King George III Topographical and Maritime collections

A View of London from Greenwich Park
H. Haseler, A View of London from Greenwich Park, London, 1815. Lithograph. Maps K.Top.21.57.5.

The Geographical collection of King George III includes the King’s Topographical collection of maps, views and atlases, and the King’s Maritime collection of sea charts.

About the collection

The King’s Topographical collection, the map collection of George III, is one of the world’s most important historical resources. Donated to the nation by George IV in 1828, it comprises approximately 30–40,000 maps, plans and views, both printed and hand-drawn, of all parts of the world, particularly Great Britain and the then British Empire. The material ranges in date from about 1540 to 1824, and is extremely varied in terms of format and size.

The Maritime Collection of George III consists of hand-drawn and printed sea charts and atlases of the 16th to 19th centuries. It was donated by George IV to the Admiralty, and from there to the British Museum in 1844.


  • Some of the earliest European printed maps, such as the so-called ‘Lafreri’ copperplate maps produced in Rome in the mid-16th century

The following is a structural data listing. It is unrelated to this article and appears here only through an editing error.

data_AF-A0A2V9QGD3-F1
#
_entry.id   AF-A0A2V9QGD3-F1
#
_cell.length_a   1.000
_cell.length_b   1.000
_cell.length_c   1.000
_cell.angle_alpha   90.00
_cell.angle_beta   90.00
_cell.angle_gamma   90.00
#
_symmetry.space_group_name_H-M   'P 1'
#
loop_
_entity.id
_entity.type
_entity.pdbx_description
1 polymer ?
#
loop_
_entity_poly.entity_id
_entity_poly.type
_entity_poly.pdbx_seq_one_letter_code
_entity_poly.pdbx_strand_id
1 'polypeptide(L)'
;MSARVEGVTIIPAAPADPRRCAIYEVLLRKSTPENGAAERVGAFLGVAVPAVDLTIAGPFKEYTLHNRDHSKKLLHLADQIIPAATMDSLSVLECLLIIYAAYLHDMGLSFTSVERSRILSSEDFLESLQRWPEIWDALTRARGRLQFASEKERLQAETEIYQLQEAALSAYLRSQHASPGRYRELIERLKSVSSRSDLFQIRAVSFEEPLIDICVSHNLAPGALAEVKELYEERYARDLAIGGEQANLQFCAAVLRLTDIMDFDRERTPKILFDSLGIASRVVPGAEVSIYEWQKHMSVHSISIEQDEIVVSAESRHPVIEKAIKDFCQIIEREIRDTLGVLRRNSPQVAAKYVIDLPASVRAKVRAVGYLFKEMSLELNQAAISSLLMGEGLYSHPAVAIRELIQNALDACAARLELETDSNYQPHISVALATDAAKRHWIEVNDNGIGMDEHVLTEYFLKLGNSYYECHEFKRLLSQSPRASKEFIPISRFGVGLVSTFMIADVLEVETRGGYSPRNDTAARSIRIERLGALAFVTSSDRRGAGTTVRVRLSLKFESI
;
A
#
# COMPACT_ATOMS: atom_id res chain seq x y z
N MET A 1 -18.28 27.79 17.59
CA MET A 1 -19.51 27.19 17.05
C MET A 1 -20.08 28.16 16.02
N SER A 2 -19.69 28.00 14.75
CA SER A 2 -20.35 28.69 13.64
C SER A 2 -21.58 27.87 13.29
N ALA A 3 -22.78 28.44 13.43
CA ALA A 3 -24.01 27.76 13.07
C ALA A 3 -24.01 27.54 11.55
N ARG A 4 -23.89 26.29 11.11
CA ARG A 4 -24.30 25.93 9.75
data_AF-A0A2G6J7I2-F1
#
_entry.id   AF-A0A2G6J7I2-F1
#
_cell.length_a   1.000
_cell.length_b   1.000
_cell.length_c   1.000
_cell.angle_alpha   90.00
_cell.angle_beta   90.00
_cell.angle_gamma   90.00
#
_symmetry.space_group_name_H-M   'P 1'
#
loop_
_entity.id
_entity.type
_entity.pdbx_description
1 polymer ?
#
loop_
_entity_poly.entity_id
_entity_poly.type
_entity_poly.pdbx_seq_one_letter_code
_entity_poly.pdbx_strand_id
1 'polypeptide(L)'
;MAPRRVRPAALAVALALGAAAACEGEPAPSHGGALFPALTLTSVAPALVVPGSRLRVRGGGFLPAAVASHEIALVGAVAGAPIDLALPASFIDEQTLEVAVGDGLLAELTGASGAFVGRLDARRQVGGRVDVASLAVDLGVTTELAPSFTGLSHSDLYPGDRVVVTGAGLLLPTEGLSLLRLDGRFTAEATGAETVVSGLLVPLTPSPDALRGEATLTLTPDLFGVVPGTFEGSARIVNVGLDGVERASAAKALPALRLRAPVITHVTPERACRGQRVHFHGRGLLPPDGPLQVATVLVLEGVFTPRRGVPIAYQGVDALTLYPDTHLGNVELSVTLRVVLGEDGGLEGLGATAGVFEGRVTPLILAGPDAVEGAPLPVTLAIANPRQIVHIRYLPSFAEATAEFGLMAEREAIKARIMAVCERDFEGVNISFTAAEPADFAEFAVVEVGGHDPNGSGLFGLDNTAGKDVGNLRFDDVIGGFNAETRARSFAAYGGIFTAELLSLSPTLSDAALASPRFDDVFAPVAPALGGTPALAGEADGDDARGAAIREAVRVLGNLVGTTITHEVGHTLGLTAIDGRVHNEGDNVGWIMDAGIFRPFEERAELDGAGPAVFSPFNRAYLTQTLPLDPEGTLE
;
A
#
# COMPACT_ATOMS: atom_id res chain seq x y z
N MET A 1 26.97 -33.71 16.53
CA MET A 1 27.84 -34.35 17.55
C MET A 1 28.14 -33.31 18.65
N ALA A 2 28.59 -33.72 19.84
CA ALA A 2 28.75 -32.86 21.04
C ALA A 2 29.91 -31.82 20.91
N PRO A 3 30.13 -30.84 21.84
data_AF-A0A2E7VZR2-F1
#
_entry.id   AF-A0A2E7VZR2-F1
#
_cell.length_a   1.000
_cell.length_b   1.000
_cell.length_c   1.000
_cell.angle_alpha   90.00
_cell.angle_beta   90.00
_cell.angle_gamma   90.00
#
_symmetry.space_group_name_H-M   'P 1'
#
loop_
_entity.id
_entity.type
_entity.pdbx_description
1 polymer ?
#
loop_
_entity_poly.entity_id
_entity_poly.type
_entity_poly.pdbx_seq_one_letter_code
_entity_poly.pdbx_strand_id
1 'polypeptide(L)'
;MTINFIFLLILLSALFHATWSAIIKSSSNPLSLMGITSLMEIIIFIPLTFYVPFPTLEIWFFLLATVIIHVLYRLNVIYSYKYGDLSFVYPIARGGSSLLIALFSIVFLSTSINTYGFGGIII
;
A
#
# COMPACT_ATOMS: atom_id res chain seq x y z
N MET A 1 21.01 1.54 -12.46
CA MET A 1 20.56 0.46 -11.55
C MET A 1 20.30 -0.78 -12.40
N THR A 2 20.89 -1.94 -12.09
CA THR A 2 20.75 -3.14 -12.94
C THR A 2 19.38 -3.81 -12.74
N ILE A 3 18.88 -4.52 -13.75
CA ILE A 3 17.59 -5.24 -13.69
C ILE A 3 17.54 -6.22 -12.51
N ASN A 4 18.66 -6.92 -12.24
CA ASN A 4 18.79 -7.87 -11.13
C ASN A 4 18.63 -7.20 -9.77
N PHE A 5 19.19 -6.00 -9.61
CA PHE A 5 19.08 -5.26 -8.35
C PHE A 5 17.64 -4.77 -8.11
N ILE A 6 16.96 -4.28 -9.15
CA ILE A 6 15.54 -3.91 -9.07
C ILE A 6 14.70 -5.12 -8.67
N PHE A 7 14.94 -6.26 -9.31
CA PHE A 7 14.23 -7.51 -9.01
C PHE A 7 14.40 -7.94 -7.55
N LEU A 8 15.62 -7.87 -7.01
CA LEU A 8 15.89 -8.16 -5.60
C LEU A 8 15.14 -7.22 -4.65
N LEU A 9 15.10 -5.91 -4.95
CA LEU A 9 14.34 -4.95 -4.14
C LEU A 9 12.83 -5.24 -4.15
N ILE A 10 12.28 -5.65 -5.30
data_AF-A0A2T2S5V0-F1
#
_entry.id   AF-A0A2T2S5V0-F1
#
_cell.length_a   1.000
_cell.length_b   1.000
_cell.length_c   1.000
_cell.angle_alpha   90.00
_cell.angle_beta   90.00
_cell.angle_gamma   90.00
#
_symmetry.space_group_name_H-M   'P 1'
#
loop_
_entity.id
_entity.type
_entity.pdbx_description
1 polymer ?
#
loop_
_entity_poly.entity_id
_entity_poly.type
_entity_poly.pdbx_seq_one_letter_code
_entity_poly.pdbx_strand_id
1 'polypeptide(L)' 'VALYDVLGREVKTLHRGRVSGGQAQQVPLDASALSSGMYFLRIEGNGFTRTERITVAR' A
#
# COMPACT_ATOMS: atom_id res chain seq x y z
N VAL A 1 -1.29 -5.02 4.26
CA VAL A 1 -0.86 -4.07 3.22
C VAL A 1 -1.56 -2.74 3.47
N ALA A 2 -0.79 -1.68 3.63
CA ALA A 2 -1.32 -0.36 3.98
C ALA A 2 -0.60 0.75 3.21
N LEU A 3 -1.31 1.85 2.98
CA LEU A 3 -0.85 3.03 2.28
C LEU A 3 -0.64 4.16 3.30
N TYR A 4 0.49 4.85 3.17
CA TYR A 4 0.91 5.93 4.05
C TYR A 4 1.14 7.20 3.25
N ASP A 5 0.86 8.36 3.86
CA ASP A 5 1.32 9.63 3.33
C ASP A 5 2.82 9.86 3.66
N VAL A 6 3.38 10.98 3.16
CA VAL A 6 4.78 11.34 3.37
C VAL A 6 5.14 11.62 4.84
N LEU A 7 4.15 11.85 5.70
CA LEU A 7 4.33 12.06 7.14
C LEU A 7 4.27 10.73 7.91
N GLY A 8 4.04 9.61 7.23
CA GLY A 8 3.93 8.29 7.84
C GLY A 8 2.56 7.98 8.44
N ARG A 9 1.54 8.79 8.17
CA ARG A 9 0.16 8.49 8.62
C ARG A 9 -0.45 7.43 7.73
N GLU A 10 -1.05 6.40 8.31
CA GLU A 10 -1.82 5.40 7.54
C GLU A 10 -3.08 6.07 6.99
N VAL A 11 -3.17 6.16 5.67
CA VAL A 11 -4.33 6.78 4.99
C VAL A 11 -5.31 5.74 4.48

• The complete range of British county maps dating from 1579 to the early 19th century
  • Administrative maps
  • Planning maps including maps of proposed railways and canals
  • Presentation maps, such as the ‘Duke’s Plan’ of New York, made to celebrate its capture by the English from the Dutch in 1664
  • Estate maps and maps of Royal palaces
  • Architectural drawings, including a large archive of working drawings by Nicholas Hawksmoor, the architect of Christ Church, Spitalfields in London
  • Printed and hand-drawn or painted views, including examples by Wenceslaus Hollar, Samuel Hieronymus Grimm and Paul Sandby
  • The results of large-scale surveys, including a manuscript map of part of Newfoundland by James Cook, and William Roy’s military survey of Scotland
  • A large archive of maps and plans of Hannover and Northern Germany

What is available online?

  • In our Online Gallery you can see over 2,500 watercolours, drawings and prints from the King's Topographical collection
  • We are currently raising £100,000 to catalogue, conserve and digitise the London and South East collection of maps and views

What is available in our Reading Rooms?

All of the King’s Topographical collection and the King’s Maritime collection are listed on Explore the British Library, and can be ordered to the Maps Reading Room.

What is available in other organisations?

Further topographical material from the collection of George III forms the King’s Military collection, now in the Royal Library at Windsor. Copies of this collection are available on microfiche in the British Library Maps Reading Room.

Further information

Further information on King George III’s library and collecting can be found at George III Collection: the King's Library

The colour views in the King’s Topographical collection have been catalogued, conserved and digitised thanks to a gift from SP Lohia. See the views on the SP Lohia Foundation website.

How to guides